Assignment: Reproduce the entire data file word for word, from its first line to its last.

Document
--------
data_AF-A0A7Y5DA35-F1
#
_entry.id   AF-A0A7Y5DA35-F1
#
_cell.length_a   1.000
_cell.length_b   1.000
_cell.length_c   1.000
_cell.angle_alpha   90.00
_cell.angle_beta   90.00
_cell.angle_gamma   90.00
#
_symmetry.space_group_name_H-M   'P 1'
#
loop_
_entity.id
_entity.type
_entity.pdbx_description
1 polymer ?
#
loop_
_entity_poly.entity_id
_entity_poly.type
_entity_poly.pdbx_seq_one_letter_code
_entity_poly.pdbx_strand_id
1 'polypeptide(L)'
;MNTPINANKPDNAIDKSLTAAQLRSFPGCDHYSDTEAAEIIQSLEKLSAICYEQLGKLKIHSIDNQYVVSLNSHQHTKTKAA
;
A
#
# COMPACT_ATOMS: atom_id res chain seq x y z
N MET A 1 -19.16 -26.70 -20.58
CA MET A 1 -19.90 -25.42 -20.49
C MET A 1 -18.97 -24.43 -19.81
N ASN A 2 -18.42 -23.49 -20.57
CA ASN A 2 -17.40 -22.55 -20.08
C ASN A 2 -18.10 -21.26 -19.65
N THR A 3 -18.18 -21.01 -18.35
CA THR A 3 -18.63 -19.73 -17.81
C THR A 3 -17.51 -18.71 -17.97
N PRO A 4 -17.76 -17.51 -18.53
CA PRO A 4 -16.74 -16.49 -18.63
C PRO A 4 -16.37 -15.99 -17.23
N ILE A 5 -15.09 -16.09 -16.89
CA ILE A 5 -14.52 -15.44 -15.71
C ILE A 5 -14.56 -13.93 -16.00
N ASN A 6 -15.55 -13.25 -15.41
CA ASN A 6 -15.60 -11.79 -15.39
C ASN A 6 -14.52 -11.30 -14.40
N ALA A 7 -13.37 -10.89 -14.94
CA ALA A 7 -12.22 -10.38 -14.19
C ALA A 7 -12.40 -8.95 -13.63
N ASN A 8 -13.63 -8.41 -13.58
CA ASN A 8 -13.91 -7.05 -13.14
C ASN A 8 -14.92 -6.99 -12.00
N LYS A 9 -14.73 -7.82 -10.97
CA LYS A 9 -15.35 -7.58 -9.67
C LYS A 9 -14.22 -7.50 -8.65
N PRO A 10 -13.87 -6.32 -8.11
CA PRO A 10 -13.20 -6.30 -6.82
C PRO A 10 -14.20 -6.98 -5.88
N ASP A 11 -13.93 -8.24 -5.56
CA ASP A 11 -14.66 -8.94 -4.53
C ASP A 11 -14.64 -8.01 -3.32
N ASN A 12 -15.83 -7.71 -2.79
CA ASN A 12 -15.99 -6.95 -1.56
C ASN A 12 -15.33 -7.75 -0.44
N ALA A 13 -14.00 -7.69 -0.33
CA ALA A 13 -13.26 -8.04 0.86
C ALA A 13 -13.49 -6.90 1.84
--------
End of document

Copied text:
data_AF-A0A7Y5DA35-F1
#
_entry.id   AF-A0A7Y5DA35-F1
#
_cell.length_a   1.000
_cell.length_b   1.000
_cell.length_c   1.000
_cell.angle_alpha   90.00
_cell.angle_beta   90.00
_cell.angle_gamma   90.00
#
_symmetry.space_group_name_H-M   'P 1'
#
loop_
_entity.id
_entity.type
_entity.pdbx_description
1 polymer ?
#
loop_
_entity_poly.entity_id
_entity_poly.type
_entity_poly.pdbx_seq_one_letter_code
_entity_poly.pdbx_strand_id
1 'polypeptide(L)'
;MNTPINANKPDNAIDKSLTAAQLRSFPGCDHYSDTEAAEIIQSLEKLSAICYEQLGKLKIHSIDNQYVVSLNSHQHTKTKAA
;
A
#
# COMPACT_ATOMS: atom_id res chain seq x y z
N MET A 1 -19.16 -26.70 -20.58
CA MET A 1 -19.90 -25.42 -20.49
C MET A 1 -18.97 -24.43 -19.81
N ASN A 2 -18.42 -23.49 -20.57
CA ASN A 2 -17.40 -22.55 -20.08
C ASN A 2 -18.10 -21.26 -19.65
N THR A 3 -18.18 -21.01 -18.35
CA THR A 3 -18.63 -19.73 -17.81
C THR A 3 -17.51 -18.71 -17.97
N PRO A 4 -17.76 -17.51 -18.53
CA PRO A 4 -16.74 -16.49 -18.63
C PRO A 4 -16.37 -15.99 -17.23
N ILE A 5 -15.09 -16.09 -16.89
CA ILE A 5 -14.52 -15.44 -15.71
C ILE A 5 -14.56 -13.93 -16.00
N ASN A 6 -15.55 -13.25 -15.41
CA ASN A 6 -15.60 -11.79 -15.39
C ASN A 6 -14.52 -11.30 -14.40
N ALA A 7 -13.37 -10.89 -14.94
CA ALA A 7 -12.22 -10.38 -14.19
C ALA A 7 -12.40 -8.95 -13.63
N ASN A 8 -13.63 -8.41 -13.58
CA ASN A 8 -13.91 -7.05 -13.14
C ASN A 8 -14.92 -6.99 -12.00
N LYS A 9 -14.73 -7.82 -10.97
CA LYS A 9 -15.35 -7.58 -9.67
C LYS A 9 -14.22 -7.50 -8.65
N PRO A 10 -13.87 -6.32 -8.11
CA PRO A 10 -13.20 -6.30 -6.82
C PRO A 10 -14.20 -6.98 -5.88
N ASP A 11 -13.93 -8.24 -5.56
CA ASP A 11 -14.66 -8.94 -4.53
C ASP A 11 -14.64 -8.01 -3.32
N ASN A 12 -15.83 -7.71 -2.79
CA ASN A 12 -15.99 -6.95 -1.56
C ASN A 12 -15.33 -7.75 -0.44
N ALA A 13 -14.00 -7.69 -0.33
CA ALA A 13 -13.26 -8.04 0.86
C ALA A 13 -13.49 -6.90 1.84